But the Treaty has called for a space station where the disparate entities are cohabiting as a galactic community, in order to settle their differences and share custody of the disputed planet.  

This is the allegorically redolent premise upon which the improv marathon Deep Space NAENAE (#DS9i) is building through 10 x 50 minute episodes, even as I write this in response to the first intriguing episode.

A well-appointed Flight Deck takes centre stage and is adaptable with turns of the colourful cardboard consoles; stage left the musician (Liam Kelly as Miles Davis) doubles as barman in the bar of the exotic Voltan Wātea (Clare Kerrison).

It emerges Lieutenant Commander Parathax (Matt Powell) is her father, although he has no memory of the past, only of the future – which makes for a hell-of-an improv challenge. Only once does he suddenly remember something, namely what brought the war to an end and saw Captain Samson Blue (Wiremu Tuhiwai) appointed to his position charge of the ship

But See Saw Jones (Sam Irwin) is the Civilian Overseer with ultimate power, and the parallel with presidents of supposed democracies is inescapable. And rattling about without an actual job is the heroic celebrity ex-pilot Mallory ‘Hot Six’ Rix (Jennifer O’Sullivan; also this show’s director), until See Saw Jones suggests politics as her next challenge. Being a celebrity, not long after claiming her apparently inalienable right to take an enigmatic Voltan called Lexus CX5 (Lyndon Hood) to be, she does the same with See Saw Jones – although he, given his ingrained sense of entitlement, probably thinks he’s taken her.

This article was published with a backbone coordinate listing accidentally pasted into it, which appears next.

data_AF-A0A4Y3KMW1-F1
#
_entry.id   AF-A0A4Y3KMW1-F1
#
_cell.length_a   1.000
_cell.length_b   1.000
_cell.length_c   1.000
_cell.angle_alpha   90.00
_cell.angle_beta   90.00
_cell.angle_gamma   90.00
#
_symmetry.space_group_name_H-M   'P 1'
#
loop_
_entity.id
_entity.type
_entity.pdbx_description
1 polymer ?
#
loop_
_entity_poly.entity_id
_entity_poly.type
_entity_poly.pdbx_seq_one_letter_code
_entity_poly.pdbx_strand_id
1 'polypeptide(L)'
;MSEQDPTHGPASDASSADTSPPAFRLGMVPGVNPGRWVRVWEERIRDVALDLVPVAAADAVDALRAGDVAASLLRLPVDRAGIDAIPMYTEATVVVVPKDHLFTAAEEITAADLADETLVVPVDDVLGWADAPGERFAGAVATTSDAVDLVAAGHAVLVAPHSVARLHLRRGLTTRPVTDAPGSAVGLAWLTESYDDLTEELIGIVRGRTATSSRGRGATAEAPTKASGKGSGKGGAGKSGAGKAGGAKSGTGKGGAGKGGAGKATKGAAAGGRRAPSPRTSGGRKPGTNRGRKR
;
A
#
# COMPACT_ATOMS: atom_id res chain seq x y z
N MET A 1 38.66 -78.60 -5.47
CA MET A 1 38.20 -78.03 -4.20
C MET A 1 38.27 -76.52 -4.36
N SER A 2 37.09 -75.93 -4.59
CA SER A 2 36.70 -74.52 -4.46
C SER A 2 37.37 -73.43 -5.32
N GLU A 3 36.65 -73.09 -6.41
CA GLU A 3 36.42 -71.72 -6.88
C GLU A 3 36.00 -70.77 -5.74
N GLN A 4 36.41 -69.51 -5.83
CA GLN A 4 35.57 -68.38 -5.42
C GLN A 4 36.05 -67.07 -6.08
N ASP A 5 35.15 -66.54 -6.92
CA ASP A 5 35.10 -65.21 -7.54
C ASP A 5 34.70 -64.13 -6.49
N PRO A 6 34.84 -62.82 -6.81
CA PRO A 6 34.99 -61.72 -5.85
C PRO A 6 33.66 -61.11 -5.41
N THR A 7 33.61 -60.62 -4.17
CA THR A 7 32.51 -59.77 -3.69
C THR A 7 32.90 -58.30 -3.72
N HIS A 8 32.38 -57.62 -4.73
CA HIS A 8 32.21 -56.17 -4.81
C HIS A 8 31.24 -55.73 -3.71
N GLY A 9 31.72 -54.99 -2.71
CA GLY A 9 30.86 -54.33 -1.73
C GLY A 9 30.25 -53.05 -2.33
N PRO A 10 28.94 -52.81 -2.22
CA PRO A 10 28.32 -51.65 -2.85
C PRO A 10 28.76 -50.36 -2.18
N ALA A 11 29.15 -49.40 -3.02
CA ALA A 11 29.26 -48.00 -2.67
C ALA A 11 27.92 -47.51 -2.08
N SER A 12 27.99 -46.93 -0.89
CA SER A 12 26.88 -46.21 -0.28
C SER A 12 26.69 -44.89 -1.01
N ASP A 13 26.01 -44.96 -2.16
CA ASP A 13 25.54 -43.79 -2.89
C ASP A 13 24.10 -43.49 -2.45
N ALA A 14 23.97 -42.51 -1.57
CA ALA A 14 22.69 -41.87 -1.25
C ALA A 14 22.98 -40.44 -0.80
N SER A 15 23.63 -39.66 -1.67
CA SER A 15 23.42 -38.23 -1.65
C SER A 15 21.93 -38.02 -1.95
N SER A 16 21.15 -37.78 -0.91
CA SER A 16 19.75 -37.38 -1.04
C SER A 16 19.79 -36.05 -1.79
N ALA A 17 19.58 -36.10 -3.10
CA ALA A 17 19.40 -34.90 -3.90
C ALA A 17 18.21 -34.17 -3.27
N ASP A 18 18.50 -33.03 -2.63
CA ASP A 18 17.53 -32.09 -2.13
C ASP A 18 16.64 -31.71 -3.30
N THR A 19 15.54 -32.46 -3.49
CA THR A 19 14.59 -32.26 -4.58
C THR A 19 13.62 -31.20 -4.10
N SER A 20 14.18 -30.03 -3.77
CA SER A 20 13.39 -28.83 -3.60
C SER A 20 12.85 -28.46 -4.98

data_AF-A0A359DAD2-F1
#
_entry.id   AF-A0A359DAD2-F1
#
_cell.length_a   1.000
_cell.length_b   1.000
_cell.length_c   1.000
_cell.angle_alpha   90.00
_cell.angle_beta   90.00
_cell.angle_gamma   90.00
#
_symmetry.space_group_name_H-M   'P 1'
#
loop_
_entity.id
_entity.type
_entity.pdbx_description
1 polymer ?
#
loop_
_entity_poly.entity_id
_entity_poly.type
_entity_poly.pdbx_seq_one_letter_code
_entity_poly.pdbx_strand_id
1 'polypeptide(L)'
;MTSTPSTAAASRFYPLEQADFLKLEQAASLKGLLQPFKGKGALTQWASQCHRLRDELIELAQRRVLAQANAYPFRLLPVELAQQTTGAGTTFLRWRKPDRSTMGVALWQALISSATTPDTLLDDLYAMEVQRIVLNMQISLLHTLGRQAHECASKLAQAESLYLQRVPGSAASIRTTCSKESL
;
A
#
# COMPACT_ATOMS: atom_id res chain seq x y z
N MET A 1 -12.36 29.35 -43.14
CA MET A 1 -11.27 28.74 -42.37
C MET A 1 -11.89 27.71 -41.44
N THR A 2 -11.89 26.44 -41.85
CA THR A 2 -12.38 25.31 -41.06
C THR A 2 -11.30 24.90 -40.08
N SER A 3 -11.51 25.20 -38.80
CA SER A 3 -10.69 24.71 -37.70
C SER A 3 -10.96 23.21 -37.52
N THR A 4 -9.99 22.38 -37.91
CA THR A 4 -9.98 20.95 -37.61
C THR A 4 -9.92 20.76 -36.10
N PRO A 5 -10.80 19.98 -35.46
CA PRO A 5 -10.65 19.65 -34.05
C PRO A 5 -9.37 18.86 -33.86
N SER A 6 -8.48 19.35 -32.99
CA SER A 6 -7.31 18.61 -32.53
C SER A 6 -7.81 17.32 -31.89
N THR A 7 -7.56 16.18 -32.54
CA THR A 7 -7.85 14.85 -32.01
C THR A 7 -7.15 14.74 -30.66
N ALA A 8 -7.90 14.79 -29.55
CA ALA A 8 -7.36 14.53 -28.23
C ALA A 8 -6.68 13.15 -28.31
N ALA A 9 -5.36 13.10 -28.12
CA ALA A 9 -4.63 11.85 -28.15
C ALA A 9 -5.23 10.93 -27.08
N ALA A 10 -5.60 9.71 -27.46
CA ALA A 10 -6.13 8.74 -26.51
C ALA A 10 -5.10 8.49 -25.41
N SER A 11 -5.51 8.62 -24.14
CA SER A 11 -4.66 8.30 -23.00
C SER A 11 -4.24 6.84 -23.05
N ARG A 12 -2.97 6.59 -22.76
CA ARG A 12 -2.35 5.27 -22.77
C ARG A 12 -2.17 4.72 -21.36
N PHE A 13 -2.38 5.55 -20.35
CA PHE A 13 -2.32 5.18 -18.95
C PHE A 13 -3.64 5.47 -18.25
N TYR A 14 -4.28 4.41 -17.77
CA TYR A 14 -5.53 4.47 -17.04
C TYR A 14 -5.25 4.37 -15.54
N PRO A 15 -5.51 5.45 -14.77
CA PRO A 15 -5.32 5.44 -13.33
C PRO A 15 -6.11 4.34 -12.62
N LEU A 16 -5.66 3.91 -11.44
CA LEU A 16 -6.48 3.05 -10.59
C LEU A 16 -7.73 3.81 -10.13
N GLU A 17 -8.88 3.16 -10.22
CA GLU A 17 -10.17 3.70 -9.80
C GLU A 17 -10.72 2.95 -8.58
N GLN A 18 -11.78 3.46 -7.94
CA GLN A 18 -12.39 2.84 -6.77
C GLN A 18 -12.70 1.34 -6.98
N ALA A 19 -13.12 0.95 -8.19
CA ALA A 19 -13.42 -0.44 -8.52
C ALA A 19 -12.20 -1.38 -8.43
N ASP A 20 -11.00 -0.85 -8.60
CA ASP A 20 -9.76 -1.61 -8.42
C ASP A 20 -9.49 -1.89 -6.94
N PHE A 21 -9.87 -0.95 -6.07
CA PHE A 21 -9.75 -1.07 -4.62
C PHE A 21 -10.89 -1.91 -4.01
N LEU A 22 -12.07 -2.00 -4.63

Ambassador Hippolyta (Christine Brooks), from Earth presumably, has a strong ancient Naenae accent, while the Vulcan Ambassador, Tib-Lubb Plem (Jed Davis) is rather unnerving with his ever-smiling pronouncements.

Junior Officer Xaria Yex (Laura Irish), who has problems with punctuality and the light in her room, is assigned the rank of Ensign but later calls herself an Intern, by way of explaining why she can’t repay a debt to stowaway song-writer Sol Pew Pew (Linda Calgaro).  

Chief Engineer Cormac O’Tube (Brendon Bennets) is on hand to fix whatever needs fixing. Dr Fisher Paykel (Diane Pulham), available to attend to everyone’s physical and mental health needs, also plays chess with The Computer (Darryn Woods; also lighting designer/operator).

As the scenes play out that establish and develop all the above, we discover that Dr Fisher Paykel is a secretly a robot and Junior Officer Xaria Yex is an undercover spy for Ambassador Hippolyta. What, then, are the chances for peaceful coexistence?

Dramatic structure is achieved for Ep 1 by building up to a special reception for Mallory ‘Hot Six’ Rix, where Captain Samson Blue delivers a speec and presents her with a special pen. And the cliff-hanger comes when Chief Engineer Cormac O’Tube high dilithium readings emanating from the pen and Ambassador Tib-Lubb Plem declares that handling in wrongly could make the whole space station explode.

Deep Space NAENAE is off to a compelling start and we hope to bring further review s of later episodes. In the meantime get down to BATS Dome and tune in: each episode starts on the hour up to and including 10pm. You won’t regret it. This is impressively epic improv.